Pop-culture enthusiasts love to debate “what-if” scenarios like, “Who would win if Superman fought the Hulk?” Or, “What if Luke & Leia had followed through with an incestuous relationship?” But an even more disturbing scenario, which has probably never come up until now, is what would happen if The Hunger Games’ Katniss Everdeen battled both John Carter and Judge Dredd. Who do you think would win that fight? The answer to this obscure match-up might surprise you.
Another sign on the road to inevitable pop-culture apocalypse was passed this weekend when the abysmal film House at the End of the Street, starring The Hunger Games’ actress Jennifer Lawrence, put an arrow through the heart of Dredd 3D’s box-office receipts.
House finished the weekend box-office in second place behind End of Watch, while Dredd 3D came in at sixth-place with only half of House’s weekend totals – a feat that could only be attributed to The Hunger Games fan-base and the popularity of its star, Jennifer Lawrence.
In March 2012, Lawrence, as Katniss Everdeen, gave John Carter a similar stomping in the box-office and caused the Warlord of Mars to be almost completely forgotten, only two weeks into his long-awaited first theatrical run. Who would have thought that a teenage girl with a bow would wield such overwhelming power compared to long-time popular heroic heavyweights like Carter and Dredd.
Last March, I wrote about how hype and marketing waylaid an unsuspecting John Carter, while at the same time smoothing the way for The Hunger Games’ success. But I never suspected how much the Hunger Games hype-machine bump would carry over into drive-in caliber drivel like House at the End of the Street.
I’ve never understood America’s fascination with the movie box-office, or the sales receipts of anything for that matter, especially in a product’s first days of life. The only thing that high box-office numbers signify is that a lot of people were suckered into seeing a movie – it speaks nothing of a film’s quality – but it can have a lasting and deadly impact on a movie’s life.
Neither The Hunger Games, Dredd 3D, John Carter nor House at the End of the Street will ever be considered high-art, but the thought that an exceptionally poor film like House being more successful than a very exciting and well-conceived Dredd is mind-numbing. And I’m just keeping genre specific here – I haven’t even mentioned that House also pummeled The Master at the box-office – a bold film that is the definition of artistic achievement.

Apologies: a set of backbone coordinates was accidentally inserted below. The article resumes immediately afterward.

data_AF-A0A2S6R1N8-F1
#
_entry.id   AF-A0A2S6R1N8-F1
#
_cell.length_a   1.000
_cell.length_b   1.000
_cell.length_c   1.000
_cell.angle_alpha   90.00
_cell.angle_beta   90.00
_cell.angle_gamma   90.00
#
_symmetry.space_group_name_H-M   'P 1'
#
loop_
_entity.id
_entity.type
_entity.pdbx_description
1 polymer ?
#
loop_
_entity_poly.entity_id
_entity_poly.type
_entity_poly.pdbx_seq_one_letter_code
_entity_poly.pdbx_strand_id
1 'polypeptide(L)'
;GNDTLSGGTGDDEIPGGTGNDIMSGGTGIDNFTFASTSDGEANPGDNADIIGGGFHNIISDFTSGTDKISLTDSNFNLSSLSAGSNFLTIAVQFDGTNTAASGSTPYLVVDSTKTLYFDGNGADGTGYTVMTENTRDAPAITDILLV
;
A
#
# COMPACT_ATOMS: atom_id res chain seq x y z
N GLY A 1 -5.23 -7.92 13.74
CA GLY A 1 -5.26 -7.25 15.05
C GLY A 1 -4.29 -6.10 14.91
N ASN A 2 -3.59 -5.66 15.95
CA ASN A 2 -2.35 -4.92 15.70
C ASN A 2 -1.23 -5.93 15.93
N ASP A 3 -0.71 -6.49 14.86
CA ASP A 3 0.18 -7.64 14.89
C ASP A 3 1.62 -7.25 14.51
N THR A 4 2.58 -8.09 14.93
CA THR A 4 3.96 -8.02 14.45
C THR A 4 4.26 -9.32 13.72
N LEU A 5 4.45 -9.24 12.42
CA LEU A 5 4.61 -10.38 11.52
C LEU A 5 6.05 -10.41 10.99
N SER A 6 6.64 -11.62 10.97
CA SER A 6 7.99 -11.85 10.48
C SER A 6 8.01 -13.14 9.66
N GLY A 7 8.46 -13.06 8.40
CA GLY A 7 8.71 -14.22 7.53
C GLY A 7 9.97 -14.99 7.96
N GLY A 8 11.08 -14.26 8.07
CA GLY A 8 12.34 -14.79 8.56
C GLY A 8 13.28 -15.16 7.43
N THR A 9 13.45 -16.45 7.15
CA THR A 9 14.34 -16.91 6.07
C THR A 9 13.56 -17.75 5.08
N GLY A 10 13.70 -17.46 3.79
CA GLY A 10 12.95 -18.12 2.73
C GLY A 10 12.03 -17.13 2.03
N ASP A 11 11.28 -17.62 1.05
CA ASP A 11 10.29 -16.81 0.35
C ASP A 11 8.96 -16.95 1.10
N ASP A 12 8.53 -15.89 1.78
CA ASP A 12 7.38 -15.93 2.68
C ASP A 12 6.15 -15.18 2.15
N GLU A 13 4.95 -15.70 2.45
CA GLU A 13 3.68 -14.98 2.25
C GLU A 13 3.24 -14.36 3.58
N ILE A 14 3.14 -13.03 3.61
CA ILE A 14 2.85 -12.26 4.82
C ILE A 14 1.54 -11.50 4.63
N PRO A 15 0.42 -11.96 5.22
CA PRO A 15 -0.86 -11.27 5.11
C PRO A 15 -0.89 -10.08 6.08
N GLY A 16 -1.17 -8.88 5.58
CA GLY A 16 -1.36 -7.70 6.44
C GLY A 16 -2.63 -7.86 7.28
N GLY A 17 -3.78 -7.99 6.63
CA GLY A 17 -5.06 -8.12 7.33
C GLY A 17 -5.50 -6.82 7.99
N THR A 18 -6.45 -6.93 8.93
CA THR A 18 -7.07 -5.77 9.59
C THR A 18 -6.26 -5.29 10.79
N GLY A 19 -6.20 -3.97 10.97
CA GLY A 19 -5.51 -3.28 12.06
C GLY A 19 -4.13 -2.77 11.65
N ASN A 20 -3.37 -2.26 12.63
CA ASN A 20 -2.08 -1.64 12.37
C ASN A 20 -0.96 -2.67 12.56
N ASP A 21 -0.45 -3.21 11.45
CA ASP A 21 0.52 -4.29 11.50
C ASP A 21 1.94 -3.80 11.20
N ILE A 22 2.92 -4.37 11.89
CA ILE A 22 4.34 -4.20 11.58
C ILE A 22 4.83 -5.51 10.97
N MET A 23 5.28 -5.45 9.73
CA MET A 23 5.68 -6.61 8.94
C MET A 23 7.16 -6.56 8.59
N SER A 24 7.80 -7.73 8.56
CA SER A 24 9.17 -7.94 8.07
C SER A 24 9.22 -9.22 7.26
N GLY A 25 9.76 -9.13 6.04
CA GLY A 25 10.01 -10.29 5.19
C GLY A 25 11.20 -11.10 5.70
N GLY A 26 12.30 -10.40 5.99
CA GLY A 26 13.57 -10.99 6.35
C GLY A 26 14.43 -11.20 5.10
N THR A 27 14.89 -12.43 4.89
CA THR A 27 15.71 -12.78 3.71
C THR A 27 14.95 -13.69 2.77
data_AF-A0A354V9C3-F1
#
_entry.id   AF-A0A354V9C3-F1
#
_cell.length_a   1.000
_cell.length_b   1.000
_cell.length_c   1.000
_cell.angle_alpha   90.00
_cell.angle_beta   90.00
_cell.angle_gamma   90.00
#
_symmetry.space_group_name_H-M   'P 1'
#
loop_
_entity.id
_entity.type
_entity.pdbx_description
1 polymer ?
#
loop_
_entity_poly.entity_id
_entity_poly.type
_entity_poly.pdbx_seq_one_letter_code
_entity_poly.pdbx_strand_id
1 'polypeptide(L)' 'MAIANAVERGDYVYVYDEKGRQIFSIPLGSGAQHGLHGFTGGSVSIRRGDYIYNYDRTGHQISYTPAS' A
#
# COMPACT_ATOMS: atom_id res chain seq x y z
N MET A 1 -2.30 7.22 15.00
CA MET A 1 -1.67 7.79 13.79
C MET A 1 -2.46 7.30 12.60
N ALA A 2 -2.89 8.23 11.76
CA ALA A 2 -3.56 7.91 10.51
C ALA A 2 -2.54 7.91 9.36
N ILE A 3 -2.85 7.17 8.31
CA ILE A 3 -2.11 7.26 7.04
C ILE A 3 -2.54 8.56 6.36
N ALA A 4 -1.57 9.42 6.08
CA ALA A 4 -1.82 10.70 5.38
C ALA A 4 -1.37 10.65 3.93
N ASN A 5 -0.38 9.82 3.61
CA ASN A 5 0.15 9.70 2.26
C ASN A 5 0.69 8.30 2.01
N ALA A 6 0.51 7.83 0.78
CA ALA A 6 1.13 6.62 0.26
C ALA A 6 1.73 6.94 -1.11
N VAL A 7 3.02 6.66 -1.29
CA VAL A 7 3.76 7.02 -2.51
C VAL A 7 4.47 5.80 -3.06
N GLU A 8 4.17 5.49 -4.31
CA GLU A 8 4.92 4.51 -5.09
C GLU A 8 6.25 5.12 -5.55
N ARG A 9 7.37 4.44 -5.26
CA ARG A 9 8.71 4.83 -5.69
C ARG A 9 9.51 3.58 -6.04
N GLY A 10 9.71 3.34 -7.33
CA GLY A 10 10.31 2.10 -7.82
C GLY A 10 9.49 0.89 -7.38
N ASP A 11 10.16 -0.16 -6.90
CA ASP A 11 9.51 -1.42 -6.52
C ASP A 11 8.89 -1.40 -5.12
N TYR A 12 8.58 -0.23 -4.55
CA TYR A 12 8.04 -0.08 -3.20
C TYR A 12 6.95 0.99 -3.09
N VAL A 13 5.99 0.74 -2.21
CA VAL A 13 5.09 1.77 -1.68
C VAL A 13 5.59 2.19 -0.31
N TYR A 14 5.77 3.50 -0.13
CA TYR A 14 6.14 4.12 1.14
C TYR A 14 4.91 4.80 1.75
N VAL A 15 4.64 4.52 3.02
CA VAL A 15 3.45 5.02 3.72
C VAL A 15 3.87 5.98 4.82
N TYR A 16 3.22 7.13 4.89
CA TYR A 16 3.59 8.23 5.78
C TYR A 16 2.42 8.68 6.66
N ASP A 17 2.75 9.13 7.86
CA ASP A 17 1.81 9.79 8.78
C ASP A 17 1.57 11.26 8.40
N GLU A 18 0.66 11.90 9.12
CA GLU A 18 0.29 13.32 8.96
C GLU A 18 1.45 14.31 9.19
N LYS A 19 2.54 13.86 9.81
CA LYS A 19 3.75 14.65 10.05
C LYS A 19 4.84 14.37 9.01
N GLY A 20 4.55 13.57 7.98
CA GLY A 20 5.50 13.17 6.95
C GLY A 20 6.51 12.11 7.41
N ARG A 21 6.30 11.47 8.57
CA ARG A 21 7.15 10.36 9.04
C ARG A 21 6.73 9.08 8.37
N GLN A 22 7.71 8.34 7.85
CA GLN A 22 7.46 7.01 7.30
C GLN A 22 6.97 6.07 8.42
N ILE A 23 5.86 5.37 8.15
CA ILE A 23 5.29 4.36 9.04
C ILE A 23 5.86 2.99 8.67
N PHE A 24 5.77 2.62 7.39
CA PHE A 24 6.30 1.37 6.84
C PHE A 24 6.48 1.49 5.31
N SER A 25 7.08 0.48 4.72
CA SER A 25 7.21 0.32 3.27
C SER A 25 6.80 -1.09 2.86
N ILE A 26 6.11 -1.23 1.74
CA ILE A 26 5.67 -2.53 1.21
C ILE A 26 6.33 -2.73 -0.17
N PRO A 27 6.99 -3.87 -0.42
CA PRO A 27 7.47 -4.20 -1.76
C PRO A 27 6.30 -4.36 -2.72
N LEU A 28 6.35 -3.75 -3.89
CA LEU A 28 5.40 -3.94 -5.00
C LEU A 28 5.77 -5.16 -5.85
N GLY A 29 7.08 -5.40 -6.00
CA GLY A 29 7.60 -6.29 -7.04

Whether it’s the movie box-office, television (see the Firefly story) or even our upcoming election, it’s disheartening to see mediocrity so richly rewarded – but as a fan of great genre films, it’s heart-breaking to think that movies like John Carter and Dredd, films that were very well done and extremely entertaining – and by all rights should have been successful – probably won’t get a second chance to thrill audiences.
There are a multitude of reasons this happens and it’s not all poor marketing. Mine is just a subjective view, but I really think Dredd had a better marketing campaign than House did. House played in more theatres than Dredd and another big difference between the two is that House was rated PG-13 and was geared towards the Hunger Games young adult audience, while Dredd was rated R for extreme graphic violence – so House gets the adults and the kids.
That’s all fine and the way the world works, but it is upsetting how Dredd is then treated when the weekend box-office results are announced on Monday morning. The film is depicted as a failure without all the factors being addressed, and then that sound-byte portrayal snowballs on itself, dooming an otherwise fine film to the dustbin of cinematic history – and nullifying the chances that fans will ever get to see these characters on the big screen again.
Here are a couple of additional “what-if” scenarios for you. What if Jennifer Lawrence was cast as Dejah Thoris in John Carter and that film was released last week instead of House at End of the Street? I can almost guarantee that movie would have been a smash hit and they would already be talking about a trilogy of sequels and how wonderfully the film brought the 100 year-old character to life. What if we valued movies for their quality and not by how many people paid to see them their first weekend? Then we’d be looking forward to a Dredd sequel instead of The House at End of the Street 2.